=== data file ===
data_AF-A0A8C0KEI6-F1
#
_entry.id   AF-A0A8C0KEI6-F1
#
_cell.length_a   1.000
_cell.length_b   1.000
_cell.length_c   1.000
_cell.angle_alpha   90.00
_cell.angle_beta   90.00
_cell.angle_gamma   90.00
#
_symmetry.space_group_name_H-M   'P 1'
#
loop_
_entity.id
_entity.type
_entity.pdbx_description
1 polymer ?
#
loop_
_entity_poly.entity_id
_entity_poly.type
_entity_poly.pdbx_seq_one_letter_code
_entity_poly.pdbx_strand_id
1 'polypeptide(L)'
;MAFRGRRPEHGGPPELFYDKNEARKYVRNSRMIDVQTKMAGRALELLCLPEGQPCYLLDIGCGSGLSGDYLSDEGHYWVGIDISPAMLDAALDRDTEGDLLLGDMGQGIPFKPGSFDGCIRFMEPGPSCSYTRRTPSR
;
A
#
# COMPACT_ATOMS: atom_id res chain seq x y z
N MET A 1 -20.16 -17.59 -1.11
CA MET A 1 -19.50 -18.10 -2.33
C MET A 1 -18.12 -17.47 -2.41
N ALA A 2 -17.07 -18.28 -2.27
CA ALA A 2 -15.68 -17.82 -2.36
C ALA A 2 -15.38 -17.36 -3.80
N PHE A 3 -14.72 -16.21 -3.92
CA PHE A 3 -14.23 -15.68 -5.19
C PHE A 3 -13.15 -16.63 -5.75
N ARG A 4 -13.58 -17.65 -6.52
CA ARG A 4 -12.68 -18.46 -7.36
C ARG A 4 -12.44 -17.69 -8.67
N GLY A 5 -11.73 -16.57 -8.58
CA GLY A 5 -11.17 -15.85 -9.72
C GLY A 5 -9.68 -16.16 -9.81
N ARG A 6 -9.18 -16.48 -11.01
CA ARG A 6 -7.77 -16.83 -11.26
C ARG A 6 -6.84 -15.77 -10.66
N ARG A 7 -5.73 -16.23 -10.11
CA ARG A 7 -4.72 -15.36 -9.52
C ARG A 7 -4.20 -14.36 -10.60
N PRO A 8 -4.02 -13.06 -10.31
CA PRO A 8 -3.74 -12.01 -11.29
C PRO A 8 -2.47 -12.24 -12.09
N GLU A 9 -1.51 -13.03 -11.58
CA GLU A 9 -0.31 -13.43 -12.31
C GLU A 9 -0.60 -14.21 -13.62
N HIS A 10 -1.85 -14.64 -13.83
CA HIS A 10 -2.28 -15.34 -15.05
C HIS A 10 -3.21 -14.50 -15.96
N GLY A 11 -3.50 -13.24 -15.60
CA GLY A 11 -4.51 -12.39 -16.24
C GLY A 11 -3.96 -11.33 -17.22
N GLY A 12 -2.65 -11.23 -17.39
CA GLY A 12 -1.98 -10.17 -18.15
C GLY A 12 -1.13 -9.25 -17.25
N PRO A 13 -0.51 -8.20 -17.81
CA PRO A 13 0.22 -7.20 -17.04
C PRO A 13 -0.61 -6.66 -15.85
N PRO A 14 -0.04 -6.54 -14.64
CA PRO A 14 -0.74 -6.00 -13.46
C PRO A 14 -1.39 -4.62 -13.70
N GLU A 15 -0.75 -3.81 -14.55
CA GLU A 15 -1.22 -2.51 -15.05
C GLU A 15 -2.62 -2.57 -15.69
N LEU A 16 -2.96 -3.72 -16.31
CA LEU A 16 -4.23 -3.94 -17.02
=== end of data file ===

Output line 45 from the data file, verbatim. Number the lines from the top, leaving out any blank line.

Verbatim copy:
C GLY A 5 -9.68 -16.16 -9.81